NASA/ESA Hubble Space Telescope new image shows NGC 7026, a planetary nebula. Located just beyond the tip of the tail of the constellation of Cygnus (The Swan), this butterfly-shaped cloud of glowing gas and dust is the wreckage of a star similar to the Sun. Planetary nebulae, despite their name, have nothing to do with planets. They are in fact a relatively short-lived phenomenon that occurs at the end of the life of mid-sized stars.
The Messier 78 nebula (NGC 2068), is often called the reflection nebula, because its dust particles reflect the starlight that falls on them. These pockets of dust typically hide more interesting cosmic objects, but the new photo of Messier 78 and its surroundings demonstrates the beauty of dust particles in space. Dense clouds of gas and dust are important to astronomers because they are the birthplaces of new stars.
These bright stars shining through what looks like a haze in the night sky are part of a young stellar grouping in one of the largest known star formation regions of the Large Magellanic Cloud (LMC), a dwarf satellite galaxy of the Milky Way.The LMC is the third closest galaxy to our Milky Way. It is located some 160 000 light-years away, and is about 100 times smaller than our own. The image was captured by the NASA/ESA Hubble Space Telescope’s Wide Field Planetary Camera 2.
New photo from the Hubble Space Telescope has captured an unprecedented panoramic view of the Tarantula nebula, revealing its bright heart of massive stars. The photo is actually a colossal mosaic, one of the largest ever built from Hubble images, and shows an intense star-forming hotspot called 30 Doradus. Hubble’s science team unveiled this new image on April 17. Hubble’s new view of the region inside the Tarantula nebula shows massive stars’ winds carving cavities into gas clouds, creating a fantasy landscape of pillars, ridges and valleys.
NASA’s Galaxy Evolution Explorer satellite (GALEX) snapped a spectacular photo of a wispy blue nebula with an odd twist. It looks like a giant human head in deep space. NASA’s Galaxy Evolution Explorer (GALEX), which took the Cygnus Loop nebula photo, was launched in April 2003 on a mission to map vast areas of the sky in the ultraviolet range of the light spectrum. The spacecraft completed its primary mission in 2007 and was placed in standby mode as engineers prepare to shut it down for good later this year.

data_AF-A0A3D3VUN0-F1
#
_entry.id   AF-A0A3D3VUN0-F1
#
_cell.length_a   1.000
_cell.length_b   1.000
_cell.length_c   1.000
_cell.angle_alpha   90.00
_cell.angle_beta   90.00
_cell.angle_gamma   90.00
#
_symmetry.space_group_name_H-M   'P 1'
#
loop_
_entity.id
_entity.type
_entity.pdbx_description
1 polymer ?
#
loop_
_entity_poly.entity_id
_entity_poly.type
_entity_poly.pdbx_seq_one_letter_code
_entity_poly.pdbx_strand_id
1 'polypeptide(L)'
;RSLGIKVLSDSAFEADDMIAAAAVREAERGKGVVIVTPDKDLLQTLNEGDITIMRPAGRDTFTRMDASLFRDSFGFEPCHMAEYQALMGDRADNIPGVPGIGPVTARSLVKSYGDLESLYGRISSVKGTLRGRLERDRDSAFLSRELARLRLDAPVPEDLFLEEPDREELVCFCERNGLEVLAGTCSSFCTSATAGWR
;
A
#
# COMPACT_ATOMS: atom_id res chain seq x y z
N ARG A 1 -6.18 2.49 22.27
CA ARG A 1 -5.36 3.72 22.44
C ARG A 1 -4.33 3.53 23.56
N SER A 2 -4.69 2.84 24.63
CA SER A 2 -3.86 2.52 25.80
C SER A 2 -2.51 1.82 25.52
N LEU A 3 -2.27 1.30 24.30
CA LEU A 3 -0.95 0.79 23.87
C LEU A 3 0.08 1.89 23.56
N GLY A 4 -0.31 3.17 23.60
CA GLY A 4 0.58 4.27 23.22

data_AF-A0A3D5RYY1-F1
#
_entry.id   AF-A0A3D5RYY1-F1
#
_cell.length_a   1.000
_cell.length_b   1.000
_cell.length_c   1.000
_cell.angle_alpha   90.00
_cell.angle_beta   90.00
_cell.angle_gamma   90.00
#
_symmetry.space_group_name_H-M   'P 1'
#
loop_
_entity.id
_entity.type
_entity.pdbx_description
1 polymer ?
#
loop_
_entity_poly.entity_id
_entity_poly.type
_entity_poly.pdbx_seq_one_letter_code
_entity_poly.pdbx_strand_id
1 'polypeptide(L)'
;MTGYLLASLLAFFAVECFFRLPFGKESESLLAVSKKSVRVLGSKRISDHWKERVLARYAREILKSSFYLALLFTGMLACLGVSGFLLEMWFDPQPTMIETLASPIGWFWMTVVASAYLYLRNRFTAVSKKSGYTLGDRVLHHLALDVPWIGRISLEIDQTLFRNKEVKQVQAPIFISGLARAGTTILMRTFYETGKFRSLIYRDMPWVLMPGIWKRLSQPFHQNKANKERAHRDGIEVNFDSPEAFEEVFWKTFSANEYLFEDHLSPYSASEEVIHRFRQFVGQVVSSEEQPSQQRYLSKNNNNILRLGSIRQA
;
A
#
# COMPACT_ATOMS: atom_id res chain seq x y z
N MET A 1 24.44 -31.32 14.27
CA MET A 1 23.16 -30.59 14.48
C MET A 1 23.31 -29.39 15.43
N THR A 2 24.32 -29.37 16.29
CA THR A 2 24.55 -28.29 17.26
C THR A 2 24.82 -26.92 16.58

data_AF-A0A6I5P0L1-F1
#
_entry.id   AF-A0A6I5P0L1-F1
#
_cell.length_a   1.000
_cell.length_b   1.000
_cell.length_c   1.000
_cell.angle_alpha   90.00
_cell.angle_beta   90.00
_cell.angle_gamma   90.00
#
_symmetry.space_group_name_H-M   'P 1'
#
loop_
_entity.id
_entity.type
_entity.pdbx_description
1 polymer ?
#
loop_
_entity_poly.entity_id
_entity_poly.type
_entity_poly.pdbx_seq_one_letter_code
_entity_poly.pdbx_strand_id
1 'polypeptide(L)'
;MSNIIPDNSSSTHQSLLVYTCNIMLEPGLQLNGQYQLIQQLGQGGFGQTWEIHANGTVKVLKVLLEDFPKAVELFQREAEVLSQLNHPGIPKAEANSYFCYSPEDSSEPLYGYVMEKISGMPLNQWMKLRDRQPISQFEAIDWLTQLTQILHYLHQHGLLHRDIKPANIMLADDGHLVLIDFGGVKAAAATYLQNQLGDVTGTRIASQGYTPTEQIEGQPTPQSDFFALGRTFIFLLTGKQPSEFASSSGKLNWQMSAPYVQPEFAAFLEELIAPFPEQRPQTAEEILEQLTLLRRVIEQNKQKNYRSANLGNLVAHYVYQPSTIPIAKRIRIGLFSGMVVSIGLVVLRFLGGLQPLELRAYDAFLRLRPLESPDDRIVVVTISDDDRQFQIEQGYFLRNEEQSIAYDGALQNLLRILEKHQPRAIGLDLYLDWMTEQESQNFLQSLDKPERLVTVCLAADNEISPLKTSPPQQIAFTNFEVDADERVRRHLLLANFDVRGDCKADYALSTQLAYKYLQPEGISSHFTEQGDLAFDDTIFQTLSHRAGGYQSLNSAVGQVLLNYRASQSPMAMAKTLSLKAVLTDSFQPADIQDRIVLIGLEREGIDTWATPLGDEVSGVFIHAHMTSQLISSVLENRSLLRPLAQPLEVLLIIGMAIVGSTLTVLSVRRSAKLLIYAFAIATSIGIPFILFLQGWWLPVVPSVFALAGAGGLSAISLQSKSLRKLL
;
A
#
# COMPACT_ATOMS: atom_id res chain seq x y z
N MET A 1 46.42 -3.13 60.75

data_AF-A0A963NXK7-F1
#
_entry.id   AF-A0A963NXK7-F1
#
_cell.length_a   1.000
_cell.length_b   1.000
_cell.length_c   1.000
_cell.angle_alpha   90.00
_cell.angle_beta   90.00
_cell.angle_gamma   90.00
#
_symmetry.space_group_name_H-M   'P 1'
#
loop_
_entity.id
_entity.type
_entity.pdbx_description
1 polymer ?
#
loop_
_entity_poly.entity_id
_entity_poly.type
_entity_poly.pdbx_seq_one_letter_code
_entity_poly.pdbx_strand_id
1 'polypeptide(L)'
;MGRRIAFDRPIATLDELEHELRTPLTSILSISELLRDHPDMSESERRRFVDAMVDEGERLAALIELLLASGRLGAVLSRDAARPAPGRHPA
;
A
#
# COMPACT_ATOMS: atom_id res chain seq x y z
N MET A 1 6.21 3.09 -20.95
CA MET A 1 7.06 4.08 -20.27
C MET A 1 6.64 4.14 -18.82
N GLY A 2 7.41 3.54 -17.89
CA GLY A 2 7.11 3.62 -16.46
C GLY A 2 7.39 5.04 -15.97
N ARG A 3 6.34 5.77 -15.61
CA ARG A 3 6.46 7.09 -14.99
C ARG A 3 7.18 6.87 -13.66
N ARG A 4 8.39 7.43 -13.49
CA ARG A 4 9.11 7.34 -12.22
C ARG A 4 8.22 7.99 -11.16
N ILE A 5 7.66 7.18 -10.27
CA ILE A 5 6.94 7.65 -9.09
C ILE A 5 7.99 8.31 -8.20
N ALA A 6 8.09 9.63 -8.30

The globular cluster, called Messier 9, shines in this new photo from the Hubble Space Telescope.The cluster Messier 9 contains hordes of stars swarming in a spherical cloud about 25,000 light-years from Earth. The object is too faint to be seen with the naked eye, and when it was discovered by French astronomer Charles Messier in 1764, the scientist could only resolve it as a faint smudge that he classified as a nebula. Hubble Space Telescope released a new picture of Messier 9 on March 16.
Astronomers have spotted young stars in the Orion nebula changing right before their eyes, thanks to the European Space Agency’s Herschel Space Observatory and NASA’s Spitzer Space Telescope. The colorful specks are rapidly heating up and cooling down, speaking to the turbulent, rough-and-tumble process of reaching full stellar adulthood. The rainbow of colors represents different wavelengths of infrared light captured by both Spitzer and Herschel. Spitzer is designed to see shorter infrared wavelengths than Herschel.
This image of NGC 1333 nebula which was taken by French skywatcher Jean-Pierre Brahic, in December 2011, reveals nebula’s blue glow.The reflection nebula is located in the constellation Perseus. A reflection nebula is a cloud of dust visible with the help of energy from a nearby star or stars. These nebula are typically blue in color because the carbon dust particles reflect blue light more efficiently than red light. NGC 1333 is 1,000 light-years away at the edge of a large star-forming cloud. A light-year is the distance light travels in one year, or about 6 trillion miles (10 trillion kilometers).
This visible-light image that was taken by the high resolution channel of Hubble’s Advanced Camera for Surveys shows planetary nebula Hen 3-1333. Planetary nebulae have nothing to do with planets, they actually represent the death throes of mid-sized stars like the sun. As they puff out their outer layers, large, irregular globes of glowing gas expand around them, which appeared planet-like through the small telescopes that were used by their first discoverers. The star at the heart of Hen 3-1333 is thought to have a mass of around 60% that of the sun, but unlike the sun, its apparent brightness varies substantially over time.